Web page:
Nuevo Mundo ( New World) (1978)
Director: Gabriel Retes.
Starring: Julian Abitia, Ángel Aragon, Lucila Balzaretti, Raúl Boxer, Roberto Brondo, Hector Campos, Elpidia Carrillo, Carlos Chavez, Luis Couturier
in the future Mexico, the Spanish laity and clergy use torture and fear to try to force the native people to accept Christianity and abandon their pagan beliefs
Spoiler Warning: below is a summary of the entire film.
On the coast Indians are forced into a corral. A stagecoach loses a wheel. The clergyman, Pedro Francisco de Cana of the Holy Brotherhood, steps out of the stagecoach and learns that the wheel cannot be fixed here. So the clergyman gets a horse from one of the soldiers and with some soldiers ride to where they may get some assistance. Indian slaves are busy working on a plantation. The clergyman and his escort arrive at the plantation. Pedro Francisco stops to talk with Juan Diego de Alba. He says he needs some help from his men to fix the wheel on the stagecoach. Juan says his men will help.
Pedro Francisco asks the owner why are there only children and old men here on the plantation? Juan responds if he only knew why. He tells Pedro Francisco that he slaughtered a great many Indians in his day. But that was in war time. But now all he wants is to live in peace with the Indians. Pedro Francisco says that a rebellion is about to burst out and this would finish off most of the Indians. Juan accuses Pedro Francisco of trying to make him tell the brotherhood how to manipulate the Indians, so they can rape and kill these people, like in the old days. "Using the name of faith and the King!" Juan suggests that the authorities ally themselves with the Indians instead of killing them.
A soldier is trying to rape a woman. Juan runs to where the screams are coming from and he uses his wooden crutch to beat the soldier. Then the woman grabs a knife and kills the rapist. The Captain of the soldiers suggests to Pedro Francisco that they slowly back out of the area. Many Indians have their bows and arrows at the ready.
The Indians tell Juan that they didn't kill the whites out of respect to Juan, but they fear that the whites will return with even more soldiers. So, they feel they have to destroy the hacienda. Why? Because they can't defend it. A white fellow with Juan says the Spaniards will not forgive this action.
Juan starts burning the hacienda himself. There are hundreds of Indians on the plantation and they are running around with torches in their hands. Juan walks with his body guard and his Indian wife and child.
The Spanish soldiers pursue the Indians into the river. They capture Juan and his wife there. Juan is tied together with a number of captured Indians and forced to run back to the hacienda. Pedro Francisco separates Juan and his wife from the others. More and more slaves are brought in. One of the priests goes crazy and starts whipping the slaves as they walk past. The slaves are put to work moving rocks off a mountain. Still more slaves are brought in.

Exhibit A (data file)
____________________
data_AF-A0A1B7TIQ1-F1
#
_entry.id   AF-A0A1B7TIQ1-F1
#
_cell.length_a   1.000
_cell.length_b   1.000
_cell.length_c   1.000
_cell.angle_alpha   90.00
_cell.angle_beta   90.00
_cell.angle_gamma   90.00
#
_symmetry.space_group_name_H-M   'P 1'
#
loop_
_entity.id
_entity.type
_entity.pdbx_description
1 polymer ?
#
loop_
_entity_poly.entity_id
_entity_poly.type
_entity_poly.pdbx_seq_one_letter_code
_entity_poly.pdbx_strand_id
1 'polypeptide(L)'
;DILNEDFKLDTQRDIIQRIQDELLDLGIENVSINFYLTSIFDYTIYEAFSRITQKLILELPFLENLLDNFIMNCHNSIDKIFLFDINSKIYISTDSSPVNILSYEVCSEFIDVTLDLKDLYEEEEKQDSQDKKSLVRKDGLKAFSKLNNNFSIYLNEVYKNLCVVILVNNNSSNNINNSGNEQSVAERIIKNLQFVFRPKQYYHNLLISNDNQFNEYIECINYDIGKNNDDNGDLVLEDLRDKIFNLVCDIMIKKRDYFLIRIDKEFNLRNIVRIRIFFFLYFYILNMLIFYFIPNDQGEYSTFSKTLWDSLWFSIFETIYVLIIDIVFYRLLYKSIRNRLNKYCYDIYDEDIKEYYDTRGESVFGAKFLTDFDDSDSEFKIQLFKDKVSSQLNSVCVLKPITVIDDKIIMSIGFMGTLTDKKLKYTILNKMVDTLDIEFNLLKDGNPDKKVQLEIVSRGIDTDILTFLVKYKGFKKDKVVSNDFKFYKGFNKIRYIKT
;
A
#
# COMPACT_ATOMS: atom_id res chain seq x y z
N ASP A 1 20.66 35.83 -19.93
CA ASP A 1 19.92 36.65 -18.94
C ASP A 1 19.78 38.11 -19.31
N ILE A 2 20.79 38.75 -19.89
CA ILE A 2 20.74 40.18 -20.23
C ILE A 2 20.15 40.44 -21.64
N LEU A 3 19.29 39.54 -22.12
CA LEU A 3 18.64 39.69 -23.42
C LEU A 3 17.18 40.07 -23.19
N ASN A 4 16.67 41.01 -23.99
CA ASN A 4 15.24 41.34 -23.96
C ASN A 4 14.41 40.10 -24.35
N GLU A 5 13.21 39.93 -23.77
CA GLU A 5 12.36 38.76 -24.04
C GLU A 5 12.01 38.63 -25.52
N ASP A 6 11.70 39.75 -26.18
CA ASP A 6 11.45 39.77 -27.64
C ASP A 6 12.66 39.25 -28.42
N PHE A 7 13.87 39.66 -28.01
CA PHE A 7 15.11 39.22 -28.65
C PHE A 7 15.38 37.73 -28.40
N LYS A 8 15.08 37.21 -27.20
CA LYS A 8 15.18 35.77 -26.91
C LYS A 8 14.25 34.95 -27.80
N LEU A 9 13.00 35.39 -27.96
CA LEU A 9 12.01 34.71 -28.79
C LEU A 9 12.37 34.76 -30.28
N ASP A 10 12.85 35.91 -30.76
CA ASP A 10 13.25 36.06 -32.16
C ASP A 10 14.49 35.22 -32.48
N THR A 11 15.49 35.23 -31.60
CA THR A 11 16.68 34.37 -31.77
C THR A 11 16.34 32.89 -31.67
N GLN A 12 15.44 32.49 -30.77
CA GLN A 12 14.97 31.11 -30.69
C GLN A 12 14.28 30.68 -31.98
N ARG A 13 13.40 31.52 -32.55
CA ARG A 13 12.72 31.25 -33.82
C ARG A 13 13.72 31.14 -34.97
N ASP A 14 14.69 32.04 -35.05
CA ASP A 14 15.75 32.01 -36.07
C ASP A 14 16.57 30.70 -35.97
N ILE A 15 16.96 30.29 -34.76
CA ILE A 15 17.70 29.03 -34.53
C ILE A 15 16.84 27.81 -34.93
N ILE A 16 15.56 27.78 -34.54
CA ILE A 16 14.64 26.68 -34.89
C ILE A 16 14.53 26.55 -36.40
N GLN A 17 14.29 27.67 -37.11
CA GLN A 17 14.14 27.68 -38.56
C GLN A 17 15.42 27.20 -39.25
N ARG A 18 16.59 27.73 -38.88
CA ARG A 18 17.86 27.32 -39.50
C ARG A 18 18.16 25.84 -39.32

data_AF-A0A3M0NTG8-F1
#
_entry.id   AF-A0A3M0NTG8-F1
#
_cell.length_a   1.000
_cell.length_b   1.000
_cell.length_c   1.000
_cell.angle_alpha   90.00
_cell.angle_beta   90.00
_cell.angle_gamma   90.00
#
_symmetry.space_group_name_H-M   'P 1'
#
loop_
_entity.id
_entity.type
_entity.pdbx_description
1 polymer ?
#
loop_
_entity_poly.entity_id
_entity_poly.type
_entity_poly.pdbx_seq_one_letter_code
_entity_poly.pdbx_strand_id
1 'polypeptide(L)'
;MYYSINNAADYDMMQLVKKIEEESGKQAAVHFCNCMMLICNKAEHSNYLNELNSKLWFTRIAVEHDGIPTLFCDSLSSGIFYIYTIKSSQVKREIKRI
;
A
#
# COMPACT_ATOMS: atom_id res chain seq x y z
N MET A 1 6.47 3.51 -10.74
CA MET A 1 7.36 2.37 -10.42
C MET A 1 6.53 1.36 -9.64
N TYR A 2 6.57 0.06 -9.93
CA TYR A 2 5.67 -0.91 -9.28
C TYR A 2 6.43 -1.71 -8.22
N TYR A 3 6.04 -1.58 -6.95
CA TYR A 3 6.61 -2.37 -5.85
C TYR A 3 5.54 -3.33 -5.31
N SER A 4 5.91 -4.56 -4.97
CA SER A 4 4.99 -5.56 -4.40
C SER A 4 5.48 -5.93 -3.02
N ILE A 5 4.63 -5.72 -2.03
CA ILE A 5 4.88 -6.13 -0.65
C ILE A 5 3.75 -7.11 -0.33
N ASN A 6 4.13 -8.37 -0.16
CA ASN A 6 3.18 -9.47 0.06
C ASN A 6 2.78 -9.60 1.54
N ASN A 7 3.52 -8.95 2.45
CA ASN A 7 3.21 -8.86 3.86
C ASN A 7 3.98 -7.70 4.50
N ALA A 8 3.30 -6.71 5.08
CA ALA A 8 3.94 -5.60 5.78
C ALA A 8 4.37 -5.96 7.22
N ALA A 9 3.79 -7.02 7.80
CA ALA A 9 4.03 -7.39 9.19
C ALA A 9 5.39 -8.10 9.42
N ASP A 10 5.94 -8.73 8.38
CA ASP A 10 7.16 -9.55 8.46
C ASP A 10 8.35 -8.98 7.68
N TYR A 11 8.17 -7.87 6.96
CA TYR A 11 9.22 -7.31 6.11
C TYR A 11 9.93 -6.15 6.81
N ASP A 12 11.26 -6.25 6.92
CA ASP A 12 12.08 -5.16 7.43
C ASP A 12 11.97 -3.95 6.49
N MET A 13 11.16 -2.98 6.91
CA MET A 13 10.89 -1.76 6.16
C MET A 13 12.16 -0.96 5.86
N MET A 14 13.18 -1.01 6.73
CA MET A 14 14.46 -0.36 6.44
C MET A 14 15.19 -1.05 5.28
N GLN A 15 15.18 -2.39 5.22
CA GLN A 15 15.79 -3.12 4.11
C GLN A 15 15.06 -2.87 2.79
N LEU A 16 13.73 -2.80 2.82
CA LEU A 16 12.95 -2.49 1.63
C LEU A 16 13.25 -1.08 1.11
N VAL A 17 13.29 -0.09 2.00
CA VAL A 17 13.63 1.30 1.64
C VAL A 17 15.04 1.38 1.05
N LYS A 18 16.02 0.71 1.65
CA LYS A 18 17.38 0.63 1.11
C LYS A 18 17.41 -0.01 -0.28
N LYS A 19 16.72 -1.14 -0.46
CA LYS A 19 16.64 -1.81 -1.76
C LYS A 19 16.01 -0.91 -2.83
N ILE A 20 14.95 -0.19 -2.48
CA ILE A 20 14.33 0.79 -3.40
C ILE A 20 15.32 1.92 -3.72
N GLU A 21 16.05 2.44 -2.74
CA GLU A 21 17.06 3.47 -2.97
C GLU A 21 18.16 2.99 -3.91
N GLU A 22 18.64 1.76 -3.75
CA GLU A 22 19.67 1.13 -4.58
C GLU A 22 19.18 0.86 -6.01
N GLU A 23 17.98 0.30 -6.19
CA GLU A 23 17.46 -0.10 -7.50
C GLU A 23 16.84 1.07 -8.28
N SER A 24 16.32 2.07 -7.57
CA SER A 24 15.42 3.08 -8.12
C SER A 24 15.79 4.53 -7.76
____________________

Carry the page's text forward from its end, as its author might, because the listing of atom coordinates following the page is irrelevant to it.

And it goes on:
A stagecoach comes in. The priests start torturing the slaves. Juan's wife is naked and stretched out on the rack. When Juan is brought in, he sees his wife on the rack and promptly dies.
At night a group of soldiers beat two Indian slaves and then shoot them dead.
The Indians speak of banding together and attacking the Spaniards. They also are concerned with saving their gods.
Indians are forced to pray to the white god, but Pedro Francisco doubts that they are sincere.
The clergy and soldiers watch a male Flamenco dancer perform. A priest tells the highest clergyman that someone put an idol of an Aztec god behind the altar. The clergy now search for the idols and they find them all over the church. The top fellow is really angry at the Indians and calls them unfaithful. He puts Don Pedro Francisco in charge of straightening out the situation. At night the Indians are forced to congregate in one area.
Still more Indians are being tortured. Fires are lit to burn Indians alive as the clergy watches from their seats.
A priest tells the high-ranking clergyman that with these idols the Aztecs are asking for victory over the Spanish. "They will all revolt."
Pedro Francisco goes to the statue maker and asks him a lot of questions. The fellow says he doesn't work from live models. Pedro has two Indian workers bring over four or five statues for him to examine closely. Along the way, they drop the statues to the ground and take off running. The soldiers fire at the fleeing men. One of the workers is put on the rack.
Pedro Francisco talks about turning the Indians into Christians: "Now, what if we change their idols, for one similar, but blessed by us?" Pedro asks his superior if he can dispose of Maestro Manuel? The superior says: "Be very careful, he's a great artist."
Pedro Francisco has Manuel brought to the church. He tells him that he wants Manuel to paint a virgin. He wants a virgin with one white and one Indian angel at her feet. Now Pedro searches for a living model. At first he tries to get a white model, but then he decides it would be better To have an Indian model. He picks a group of women from a larger group of women.
Manuel looks at the faces of the Indian models. When he and Pedro come by the wife of Juan, she spits in the face of Pedro. Pedro starts to become very angry, but Manuel stops him. He is interested in the woman's face. He talks with the woman in an Aztec language and then tells Pedro: "This is the one!" Pedro just laughs and laughs at the idea.
Manuel paints Juan's wife as the Virgin Mary.
An Indian uprising starts. There are emissaries from every town.